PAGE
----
The magic of the August 8, 2002 - Commemorative Event on the
anniversary of Lolita's capture Lolita Come Home!
August 8 Capture Anniversary Event
Those of you who attended this special event know what a magical evening it was, and we thank you for your presence and joining us on Penn Cove for a beautiful evening of sharing song, stories, tears, and laughter, and most of all, enthusiasm and persistence in fighting for Lolita's freedom.
Vern Olsen's beautiful accordion music set the stage as we gathered next to the Captain Whidbey Inn on the hillside above the capture site, while the life-sized Lolita lay on the hillside looking at the cove longingly. Lolita's many and diverse friends shared their stories and hopes for her return. Speakers included former US Representative Jack Metcalf, former Representative Dave Anderson, and Orca Network's Howard Garrett.
Anne-Marie Van Dijk of Holland, formerly of Miami, shared her story about getting to know and love Lolita, and how she continues to fight for Lolita's freedom from Europe. Carey Tremaine, one of the divers who was hired to help with the captures returned to Penn Cove for the first time since 1970, and shared his memories, thoughts, regrets, and encouragement about how much our perspectives have changed since then. Vern Olsen shared similar sentiments about how his perspective had changed since witnessing the captures, and also shared his wonderful "Come Home Lolita" and other orca songs with us. Judy Lochrie read her beautiful "Rose for Tokitae" poem to a hushed and attentive crowd, as we all visualized her story coming to life.
Anne-Marie Van Dijk
Then we walked down to the dock with a beautiful wreath made by Sandy Dubpernel, to honor all the whales whose lives were sacrificed in the captures. Pat Rasmussen drummed and sang a stirring Native song that echoed across the cove and brought tears to our eyes. Susan played her cedar flute, as Judy and Carey placed the wreath in the water, and we all stood silently, remembering the whales who were captured here and in other Washington waters, and remembering Lolita, the sole survivor of those 50+ whales, and hoping for her return to these waters and her family.
These events are so special - the people who attend are a diverse cross-section of people including many who have been dedicated to Tokitae's (Lolita's) freedom for years, and those who are just now learning about her story. There is such a feeling of togetherness and commitment to continue working on Toki's behalf, that it inspires us to keep on working to bring Toki home, no matter how impossible it sometimes seems.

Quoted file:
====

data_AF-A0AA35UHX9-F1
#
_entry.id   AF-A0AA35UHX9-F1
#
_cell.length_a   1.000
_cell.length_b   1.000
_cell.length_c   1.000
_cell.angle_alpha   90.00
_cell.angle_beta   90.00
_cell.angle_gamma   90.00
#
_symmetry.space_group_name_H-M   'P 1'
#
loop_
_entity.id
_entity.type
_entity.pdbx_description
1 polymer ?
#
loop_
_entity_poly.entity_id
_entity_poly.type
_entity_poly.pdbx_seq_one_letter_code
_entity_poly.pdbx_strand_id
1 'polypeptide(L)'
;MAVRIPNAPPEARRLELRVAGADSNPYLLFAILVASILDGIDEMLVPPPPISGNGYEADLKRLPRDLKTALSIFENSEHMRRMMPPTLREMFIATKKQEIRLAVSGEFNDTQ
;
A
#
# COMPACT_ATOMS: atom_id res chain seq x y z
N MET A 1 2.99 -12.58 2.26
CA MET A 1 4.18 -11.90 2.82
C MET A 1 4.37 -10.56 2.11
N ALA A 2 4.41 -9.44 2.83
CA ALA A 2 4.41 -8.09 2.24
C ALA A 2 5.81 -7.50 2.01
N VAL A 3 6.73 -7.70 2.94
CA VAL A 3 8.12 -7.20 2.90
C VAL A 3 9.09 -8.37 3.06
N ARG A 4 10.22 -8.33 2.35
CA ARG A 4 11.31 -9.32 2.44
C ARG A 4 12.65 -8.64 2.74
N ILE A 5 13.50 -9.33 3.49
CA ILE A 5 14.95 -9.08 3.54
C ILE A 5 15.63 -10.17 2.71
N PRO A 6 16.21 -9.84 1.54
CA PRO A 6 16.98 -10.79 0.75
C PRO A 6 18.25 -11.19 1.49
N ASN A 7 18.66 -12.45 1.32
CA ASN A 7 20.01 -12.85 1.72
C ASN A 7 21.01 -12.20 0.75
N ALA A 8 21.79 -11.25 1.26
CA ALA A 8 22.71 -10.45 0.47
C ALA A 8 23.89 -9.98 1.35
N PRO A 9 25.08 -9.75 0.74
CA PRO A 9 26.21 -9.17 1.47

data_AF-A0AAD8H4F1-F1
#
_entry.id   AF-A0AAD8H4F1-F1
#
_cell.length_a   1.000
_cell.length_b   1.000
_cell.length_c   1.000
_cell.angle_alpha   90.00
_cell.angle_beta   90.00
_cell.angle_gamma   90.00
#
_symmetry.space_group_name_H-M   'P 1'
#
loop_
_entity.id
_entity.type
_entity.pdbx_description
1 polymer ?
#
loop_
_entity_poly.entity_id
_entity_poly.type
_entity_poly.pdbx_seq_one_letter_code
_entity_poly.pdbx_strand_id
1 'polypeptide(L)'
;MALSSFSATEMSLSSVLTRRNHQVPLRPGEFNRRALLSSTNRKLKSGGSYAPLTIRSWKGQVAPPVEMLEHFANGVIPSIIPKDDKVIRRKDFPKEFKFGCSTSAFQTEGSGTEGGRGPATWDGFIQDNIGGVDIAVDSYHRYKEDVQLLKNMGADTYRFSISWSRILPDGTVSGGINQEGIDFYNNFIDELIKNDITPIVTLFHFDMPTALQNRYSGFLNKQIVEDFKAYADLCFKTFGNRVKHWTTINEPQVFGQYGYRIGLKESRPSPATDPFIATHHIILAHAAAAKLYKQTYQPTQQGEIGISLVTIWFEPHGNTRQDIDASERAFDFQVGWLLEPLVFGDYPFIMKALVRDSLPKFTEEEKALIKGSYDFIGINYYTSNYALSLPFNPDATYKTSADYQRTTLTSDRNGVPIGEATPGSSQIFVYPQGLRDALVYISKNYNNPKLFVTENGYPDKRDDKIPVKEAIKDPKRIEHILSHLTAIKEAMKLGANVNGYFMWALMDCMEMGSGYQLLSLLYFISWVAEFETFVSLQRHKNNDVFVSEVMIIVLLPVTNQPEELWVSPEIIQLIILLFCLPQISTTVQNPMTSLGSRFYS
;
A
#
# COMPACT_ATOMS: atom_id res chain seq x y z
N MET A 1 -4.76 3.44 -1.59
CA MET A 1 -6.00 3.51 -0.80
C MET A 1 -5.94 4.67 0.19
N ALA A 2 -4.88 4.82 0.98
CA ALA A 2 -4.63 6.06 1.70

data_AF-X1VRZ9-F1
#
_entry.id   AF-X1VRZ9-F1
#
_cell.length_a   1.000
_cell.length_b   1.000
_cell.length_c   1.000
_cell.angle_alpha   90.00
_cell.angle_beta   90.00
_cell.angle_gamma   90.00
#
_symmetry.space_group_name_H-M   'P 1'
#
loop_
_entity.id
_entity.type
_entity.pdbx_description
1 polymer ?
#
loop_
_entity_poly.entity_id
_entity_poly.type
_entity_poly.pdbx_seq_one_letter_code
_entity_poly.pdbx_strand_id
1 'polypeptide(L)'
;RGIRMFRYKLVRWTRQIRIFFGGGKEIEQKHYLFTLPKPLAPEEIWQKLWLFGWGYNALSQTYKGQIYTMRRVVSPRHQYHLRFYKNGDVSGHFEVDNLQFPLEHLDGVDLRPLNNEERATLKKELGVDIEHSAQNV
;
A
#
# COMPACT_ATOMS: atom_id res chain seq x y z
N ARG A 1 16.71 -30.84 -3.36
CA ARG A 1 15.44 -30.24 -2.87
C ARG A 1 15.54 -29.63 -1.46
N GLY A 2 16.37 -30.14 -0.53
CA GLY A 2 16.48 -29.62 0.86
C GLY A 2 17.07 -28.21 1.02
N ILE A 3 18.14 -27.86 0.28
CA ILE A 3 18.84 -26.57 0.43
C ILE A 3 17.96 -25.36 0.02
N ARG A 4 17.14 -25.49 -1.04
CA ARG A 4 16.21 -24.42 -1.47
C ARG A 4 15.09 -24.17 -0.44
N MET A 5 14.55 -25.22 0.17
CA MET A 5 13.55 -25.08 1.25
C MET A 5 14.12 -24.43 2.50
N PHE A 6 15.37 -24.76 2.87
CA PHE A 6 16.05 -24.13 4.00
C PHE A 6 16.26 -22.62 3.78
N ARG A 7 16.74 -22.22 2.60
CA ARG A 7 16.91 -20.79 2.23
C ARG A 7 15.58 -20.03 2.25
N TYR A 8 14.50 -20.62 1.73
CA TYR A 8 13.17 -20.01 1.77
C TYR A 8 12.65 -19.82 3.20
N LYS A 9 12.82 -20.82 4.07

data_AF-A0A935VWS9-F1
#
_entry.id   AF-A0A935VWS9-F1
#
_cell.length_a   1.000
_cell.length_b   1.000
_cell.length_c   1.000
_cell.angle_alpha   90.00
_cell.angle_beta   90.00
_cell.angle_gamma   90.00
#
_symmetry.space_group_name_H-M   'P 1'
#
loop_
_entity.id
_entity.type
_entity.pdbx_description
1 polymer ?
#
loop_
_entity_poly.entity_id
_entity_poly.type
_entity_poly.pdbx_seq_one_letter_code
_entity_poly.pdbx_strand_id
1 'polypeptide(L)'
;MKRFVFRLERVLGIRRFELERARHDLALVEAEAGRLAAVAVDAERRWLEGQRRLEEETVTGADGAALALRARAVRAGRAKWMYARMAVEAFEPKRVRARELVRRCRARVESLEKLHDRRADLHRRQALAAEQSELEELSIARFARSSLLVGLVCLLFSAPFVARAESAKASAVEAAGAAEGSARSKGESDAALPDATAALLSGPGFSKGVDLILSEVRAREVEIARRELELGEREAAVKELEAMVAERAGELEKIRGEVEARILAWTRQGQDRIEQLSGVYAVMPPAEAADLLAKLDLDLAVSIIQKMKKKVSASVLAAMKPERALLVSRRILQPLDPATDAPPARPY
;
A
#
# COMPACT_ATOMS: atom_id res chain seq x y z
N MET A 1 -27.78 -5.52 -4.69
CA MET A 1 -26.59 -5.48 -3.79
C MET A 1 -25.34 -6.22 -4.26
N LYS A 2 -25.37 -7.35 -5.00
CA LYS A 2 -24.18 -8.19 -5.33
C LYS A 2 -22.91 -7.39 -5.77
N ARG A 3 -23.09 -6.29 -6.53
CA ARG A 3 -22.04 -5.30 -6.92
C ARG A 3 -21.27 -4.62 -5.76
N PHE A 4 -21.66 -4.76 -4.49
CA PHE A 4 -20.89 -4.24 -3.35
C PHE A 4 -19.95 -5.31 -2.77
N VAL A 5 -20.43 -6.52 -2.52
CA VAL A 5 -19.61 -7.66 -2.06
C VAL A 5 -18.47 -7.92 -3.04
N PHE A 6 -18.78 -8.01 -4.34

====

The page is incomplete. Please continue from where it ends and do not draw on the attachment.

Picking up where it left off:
We want to thank each and every one of you who attended, and those of you who shared your stories and talents and time to make this event happen. The volunteers who worked so hard to make things run smoothly, the generous donors who offered auction items, and those of you who purchased them. The Captain Whidbey Inn for hosting us once again for this event, and volunteering the use of your beautiful gallery and grounds for the event.
This event raised some much needed funds to continue our work on Lolita and her family's behalf; it raised consciousness about Lolita and what she and her family need to live long, healthy lives; and it raised our spirits to know that so many people care about our whales and want to help.
Earlier in the day, at noon, Miami time, a demonstration sponsored by the Animal Rights Foundation of Florida and Orca Network took place in front of the Miami Seaquarium. The protesters wore clothes from the 70's, to illustrate that Mr. Hertz and the Seaquarium have not changed with the times. The demo was covered by the Miami Herald and several Miami TV news stations.
Thanks to all of you from coast to coast who helped spread the word about Lolita on this special day!
Susan & Howie